“You haven’t eaten yet, Auntie Chen?”

“No. Take a seat.”

“That’s okay. Yuqin home yet?”

“I heard someone hoeing in the vegetable patch, perhaps she’s fiddling about with the cucumber frames.”

As they were speaking, the slatted gate behind Yuqin creaked. She turned her head and peered out to see that the gate between the cucumber frames had opened slightly further and a head was poking in. Tangled hair, a square face, slightly freckled, a healthy red glow through the dark complexion, light eyebrows pointing upward at the ends, eyes not large but lively and spirited, a smiling mouth, lips closed only with effort . . . all in all, a mysterious and mischievous air.

Seeing that the newcomer was Gao Xiushan, Chen Yuqin was about to call out a greeting, but swallowed the words straight away and fiddled agitatedly with the cucumber shoots, pretending not to have noticed him.

Gao Xiushan saw that it was Chen Yuqin there; he slipped in sideways through the gate and stood still a way off from her, his mouth opened in a smile, his eyes fixed on the girl, motionless.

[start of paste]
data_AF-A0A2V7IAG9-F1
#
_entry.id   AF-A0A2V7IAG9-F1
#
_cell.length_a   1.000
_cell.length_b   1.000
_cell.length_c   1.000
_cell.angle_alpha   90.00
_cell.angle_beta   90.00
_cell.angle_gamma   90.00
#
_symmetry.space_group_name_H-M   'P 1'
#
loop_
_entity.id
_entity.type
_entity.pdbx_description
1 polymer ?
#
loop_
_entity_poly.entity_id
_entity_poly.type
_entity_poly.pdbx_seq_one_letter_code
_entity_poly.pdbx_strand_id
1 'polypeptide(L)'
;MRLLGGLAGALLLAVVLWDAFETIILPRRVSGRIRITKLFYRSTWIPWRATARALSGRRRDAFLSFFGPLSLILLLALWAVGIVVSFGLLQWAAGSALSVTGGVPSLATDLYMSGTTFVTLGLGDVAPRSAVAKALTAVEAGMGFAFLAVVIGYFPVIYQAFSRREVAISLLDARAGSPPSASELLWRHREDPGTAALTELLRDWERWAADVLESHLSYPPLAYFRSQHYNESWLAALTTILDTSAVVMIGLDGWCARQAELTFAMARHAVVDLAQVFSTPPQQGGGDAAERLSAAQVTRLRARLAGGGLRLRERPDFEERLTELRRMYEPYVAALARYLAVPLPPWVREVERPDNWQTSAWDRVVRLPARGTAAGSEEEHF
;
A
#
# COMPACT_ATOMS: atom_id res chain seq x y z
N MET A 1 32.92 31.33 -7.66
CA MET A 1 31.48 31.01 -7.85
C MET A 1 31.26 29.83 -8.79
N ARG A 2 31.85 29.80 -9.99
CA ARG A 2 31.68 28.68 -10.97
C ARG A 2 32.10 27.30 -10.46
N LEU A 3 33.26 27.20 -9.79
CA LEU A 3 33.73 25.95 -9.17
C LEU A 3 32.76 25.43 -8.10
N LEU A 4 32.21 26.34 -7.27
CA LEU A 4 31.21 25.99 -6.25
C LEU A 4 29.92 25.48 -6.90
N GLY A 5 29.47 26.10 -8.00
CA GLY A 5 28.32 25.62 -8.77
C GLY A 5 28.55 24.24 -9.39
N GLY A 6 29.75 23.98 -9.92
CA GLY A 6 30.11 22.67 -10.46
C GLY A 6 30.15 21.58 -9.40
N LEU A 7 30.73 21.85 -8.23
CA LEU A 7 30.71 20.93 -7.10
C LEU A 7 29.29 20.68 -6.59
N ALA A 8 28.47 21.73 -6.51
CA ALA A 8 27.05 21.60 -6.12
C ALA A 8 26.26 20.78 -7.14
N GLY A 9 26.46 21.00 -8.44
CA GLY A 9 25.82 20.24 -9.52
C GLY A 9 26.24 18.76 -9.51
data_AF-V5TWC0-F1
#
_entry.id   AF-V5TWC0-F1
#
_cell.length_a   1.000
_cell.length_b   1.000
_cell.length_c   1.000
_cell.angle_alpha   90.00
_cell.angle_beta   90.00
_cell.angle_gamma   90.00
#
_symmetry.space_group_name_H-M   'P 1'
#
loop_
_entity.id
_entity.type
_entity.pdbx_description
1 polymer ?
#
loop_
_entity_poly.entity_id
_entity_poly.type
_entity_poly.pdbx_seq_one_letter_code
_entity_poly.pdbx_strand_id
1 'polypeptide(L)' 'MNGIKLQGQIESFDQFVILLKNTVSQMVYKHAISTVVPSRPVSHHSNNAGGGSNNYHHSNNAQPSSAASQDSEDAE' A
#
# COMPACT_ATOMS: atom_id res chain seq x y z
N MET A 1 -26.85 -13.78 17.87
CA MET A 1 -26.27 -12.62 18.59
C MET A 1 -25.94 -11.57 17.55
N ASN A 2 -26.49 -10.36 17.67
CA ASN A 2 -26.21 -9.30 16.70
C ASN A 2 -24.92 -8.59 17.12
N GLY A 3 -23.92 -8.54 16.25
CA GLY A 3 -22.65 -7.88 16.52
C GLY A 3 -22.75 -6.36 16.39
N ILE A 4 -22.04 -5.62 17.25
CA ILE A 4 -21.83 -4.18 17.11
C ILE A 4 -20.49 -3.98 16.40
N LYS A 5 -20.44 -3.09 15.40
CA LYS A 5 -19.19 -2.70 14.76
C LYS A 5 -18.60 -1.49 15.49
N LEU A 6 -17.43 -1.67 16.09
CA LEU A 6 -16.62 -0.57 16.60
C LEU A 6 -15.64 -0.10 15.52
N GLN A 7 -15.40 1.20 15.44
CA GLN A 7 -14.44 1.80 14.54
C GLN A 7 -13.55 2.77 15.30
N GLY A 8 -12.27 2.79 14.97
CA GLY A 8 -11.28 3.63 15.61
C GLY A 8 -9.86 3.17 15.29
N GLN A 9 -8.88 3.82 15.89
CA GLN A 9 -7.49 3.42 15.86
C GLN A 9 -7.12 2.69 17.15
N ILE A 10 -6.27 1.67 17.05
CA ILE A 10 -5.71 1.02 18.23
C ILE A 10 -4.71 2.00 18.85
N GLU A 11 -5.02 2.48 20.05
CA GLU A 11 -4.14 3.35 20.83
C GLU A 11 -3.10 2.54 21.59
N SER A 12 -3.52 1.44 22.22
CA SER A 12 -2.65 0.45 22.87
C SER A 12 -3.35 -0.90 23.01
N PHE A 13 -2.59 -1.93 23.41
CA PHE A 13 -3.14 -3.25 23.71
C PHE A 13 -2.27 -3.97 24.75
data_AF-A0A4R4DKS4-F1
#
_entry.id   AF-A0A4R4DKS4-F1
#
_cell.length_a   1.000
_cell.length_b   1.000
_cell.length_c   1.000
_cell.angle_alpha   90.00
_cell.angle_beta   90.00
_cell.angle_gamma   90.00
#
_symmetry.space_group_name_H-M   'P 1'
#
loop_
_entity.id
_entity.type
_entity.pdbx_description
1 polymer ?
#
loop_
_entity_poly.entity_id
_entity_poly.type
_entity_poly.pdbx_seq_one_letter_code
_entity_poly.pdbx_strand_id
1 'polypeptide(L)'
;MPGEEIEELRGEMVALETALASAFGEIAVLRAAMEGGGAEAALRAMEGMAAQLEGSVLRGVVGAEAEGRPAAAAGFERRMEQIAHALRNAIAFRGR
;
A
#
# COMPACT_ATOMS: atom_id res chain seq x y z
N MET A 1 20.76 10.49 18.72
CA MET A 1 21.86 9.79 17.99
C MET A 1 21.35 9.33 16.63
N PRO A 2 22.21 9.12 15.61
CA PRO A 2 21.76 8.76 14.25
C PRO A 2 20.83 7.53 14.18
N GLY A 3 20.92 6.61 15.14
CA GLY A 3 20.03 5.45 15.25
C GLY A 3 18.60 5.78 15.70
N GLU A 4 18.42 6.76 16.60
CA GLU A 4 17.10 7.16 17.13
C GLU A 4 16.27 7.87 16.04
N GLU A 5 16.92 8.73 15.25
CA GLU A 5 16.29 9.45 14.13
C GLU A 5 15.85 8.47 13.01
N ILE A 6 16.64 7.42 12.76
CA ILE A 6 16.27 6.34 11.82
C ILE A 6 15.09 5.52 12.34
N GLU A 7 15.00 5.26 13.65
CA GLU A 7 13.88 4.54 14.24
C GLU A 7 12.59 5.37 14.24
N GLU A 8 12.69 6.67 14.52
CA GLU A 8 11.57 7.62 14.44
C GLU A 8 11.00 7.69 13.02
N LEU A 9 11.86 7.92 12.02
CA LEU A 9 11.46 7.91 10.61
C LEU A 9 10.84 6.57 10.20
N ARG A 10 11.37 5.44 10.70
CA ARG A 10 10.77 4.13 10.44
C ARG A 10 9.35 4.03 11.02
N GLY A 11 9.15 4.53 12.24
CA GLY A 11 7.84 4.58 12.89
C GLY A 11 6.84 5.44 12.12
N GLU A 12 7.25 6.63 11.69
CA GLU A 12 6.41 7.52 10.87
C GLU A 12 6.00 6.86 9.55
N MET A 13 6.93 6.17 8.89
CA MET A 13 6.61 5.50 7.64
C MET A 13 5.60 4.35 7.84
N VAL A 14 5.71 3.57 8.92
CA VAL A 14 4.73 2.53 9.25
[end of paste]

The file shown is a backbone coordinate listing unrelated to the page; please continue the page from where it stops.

The vitality, delight, and longing in the soul of this young man so full of youthful vigour were as colourful as the little vegetable allotment before his eyes. And so it was with his feelings of love. He and Chen Yuqin lived in villages separated by a stream, and had often played together, and then went to elementary school together. Chen Yuqin had always acted superior to the lad, she could speak quite sharply, and could point out a fellow’s failings, if his socks had holes in them, if his clothes were dirty, or if he worked too slowly . . . in fact he was really a bit afraid of her. But the more afraid of her he was, the more he wanted her company, and the more he liked her. After that, Yuqin had gone to live with her aunt in town to attend high school, and they saw less of one another. Three years later, when she had come back to the countryside, he was attracted to her again as soon as he set eyes on her. He felt that in those three years, her appearance had become even more beautiful, her character even more resolute, and her attitude to work even more enthusiastic. He wanted to be close to her, and to live with her forever. Friends of his own age tried to persuade him not to waste his energy on her, telling him that many others had made great efforts without any luck, none of them getting any encouragement or warmth from that unfeeling girl. The all said Yuqin could never accept a peasant, but would marry instead into a city family. Gao Xiushan didn’t see things that way—he knew the girl and understood her to be a person with firm convictions, prepared to strike roots in the countryside and never leave. Besides, he had confidence in himself, believing he was worthy of her in every respect, and sure that he could win her love. Bolstered by these feelings, he wouldn’t lose heart, however cold the girl was toward him.